aggravating

adjective
Updated on: 8 Dec 2017

Definition of aggravating

: arousing displeasure, impatience, or anger
  • an aggravating habit

Common Uses of aggravate, aggravation, and aggravating

Although aggravate has been used to refer to rousing someone to anger since the 17th century, it has been the object of disapproval only since about 1870. It is used in expository prose
    • when his silly conceit … about his not-very-good early work has begun to aggravate us
    • —William Styron
but seems to be more common in speech and casual writing.
    • a good profession for him, because bus drivers get aggravated
    • —Jackie Gleasoninterview1986
    • & now this letter comes to aggravate me a thousand times worse
    • —Mark Twainletter1864
The "make worse" meaning is far more common in published prose than the "rouse to anger" meaning. Such is not the case, however, with aggravation and aggravating. Aggravation is used in the "irritation, provocation" sense somewhat more than in its earlier senses; aggravating has practically no use other than to express annoyance.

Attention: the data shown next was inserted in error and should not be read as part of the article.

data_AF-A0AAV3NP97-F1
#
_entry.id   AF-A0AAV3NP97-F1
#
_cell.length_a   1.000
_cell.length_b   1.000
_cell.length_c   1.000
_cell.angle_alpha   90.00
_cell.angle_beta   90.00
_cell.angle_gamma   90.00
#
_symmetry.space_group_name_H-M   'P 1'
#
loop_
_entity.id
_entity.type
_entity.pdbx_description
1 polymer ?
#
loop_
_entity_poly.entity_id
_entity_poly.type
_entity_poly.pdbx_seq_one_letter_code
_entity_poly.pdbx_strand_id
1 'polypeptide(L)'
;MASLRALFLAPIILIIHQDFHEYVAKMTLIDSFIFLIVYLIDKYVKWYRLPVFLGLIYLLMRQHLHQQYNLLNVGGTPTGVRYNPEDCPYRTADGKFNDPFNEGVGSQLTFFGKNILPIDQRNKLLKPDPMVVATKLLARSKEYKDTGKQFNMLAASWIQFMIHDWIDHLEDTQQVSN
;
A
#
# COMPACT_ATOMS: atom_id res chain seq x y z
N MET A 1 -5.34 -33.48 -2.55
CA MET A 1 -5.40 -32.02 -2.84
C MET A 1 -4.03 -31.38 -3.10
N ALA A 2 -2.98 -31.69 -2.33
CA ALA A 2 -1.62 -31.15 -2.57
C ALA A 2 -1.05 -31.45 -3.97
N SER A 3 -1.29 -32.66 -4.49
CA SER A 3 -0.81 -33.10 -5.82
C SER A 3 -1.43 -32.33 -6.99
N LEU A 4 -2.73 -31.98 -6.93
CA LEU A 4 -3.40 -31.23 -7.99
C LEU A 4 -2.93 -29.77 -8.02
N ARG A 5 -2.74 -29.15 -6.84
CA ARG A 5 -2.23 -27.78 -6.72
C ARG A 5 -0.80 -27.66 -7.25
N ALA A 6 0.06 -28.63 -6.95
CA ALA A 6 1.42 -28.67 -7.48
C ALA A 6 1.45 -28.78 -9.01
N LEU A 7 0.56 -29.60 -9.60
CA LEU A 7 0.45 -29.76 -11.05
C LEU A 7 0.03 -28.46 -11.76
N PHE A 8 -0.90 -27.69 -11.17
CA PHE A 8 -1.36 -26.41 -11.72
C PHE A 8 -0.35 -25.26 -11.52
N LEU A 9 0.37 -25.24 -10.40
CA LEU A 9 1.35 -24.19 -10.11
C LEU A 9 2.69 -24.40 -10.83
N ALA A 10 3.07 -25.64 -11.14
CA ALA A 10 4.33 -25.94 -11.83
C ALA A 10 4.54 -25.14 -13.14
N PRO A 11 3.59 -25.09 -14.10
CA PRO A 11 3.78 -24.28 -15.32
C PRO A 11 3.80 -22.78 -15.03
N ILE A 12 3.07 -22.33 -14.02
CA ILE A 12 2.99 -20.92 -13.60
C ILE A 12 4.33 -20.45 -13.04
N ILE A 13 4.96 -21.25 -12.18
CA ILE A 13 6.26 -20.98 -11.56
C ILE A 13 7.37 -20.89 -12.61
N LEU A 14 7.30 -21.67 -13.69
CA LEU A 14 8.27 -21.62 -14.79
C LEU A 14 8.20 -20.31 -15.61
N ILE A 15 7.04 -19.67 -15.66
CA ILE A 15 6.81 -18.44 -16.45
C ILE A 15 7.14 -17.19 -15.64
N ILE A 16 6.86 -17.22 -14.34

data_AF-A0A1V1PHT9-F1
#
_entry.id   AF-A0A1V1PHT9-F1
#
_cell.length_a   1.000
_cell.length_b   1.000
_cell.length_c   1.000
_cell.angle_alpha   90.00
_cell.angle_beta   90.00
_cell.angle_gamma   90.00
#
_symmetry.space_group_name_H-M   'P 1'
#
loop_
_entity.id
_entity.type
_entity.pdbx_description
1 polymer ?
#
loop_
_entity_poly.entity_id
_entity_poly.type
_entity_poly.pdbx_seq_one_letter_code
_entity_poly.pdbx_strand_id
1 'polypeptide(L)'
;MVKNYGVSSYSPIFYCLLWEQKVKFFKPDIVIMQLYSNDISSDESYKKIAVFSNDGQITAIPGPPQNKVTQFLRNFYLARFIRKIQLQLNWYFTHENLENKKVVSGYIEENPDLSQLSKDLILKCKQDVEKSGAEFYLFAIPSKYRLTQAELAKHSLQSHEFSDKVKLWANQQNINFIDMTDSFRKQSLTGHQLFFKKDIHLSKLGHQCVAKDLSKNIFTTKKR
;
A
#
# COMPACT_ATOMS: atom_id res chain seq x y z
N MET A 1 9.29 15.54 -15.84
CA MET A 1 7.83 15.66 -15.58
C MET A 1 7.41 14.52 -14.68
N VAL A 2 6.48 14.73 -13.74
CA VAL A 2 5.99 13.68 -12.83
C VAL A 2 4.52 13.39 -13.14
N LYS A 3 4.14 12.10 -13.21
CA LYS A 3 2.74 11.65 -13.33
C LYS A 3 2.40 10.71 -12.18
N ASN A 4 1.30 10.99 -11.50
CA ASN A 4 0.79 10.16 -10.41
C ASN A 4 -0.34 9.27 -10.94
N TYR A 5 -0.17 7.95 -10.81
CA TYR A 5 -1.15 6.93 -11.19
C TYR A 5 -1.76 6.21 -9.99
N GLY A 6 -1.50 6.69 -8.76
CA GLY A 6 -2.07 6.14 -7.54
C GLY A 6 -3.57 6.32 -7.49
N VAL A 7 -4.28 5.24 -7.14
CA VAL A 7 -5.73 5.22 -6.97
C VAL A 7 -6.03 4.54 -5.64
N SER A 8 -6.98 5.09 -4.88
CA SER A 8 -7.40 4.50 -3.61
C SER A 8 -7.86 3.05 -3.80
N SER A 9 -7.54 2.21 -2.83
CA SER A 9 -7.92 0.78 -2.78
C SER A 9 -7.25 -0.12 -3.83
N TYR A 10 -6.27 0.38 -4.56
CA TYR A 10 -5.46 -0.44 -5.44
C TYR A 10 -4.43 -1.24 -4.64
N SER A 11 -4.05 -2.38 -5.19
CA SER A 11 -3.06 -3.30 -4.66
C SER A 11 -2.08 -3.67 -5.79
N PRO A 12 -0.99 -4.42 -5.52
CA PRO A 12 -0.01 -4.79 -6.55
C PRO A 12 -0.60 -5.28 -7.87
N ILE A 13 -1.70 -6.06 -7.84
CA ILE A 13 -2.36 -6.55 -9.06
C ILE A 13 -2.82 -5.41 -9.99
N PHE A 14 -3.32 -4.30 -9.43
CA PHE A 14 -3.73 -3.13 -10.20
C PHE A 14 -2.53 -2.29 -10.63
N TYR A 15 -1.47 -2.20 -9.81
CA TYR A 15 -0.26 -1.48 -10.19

Examples of aggravating in a Sentence

  1. there's nothing so aggravating as a blaring car alarm that no one is paying any attention to

Recent Examples of aggravating from the Web

These example sentences are selected automatically from various online news sources to reflect current usage of the word 'aggravating.' Views expressed in the examples do not represent the opinion of Merriam-Webster or its editors. Send us feedback.

Origin and Etymology of aggravating

from present participle of aggravate



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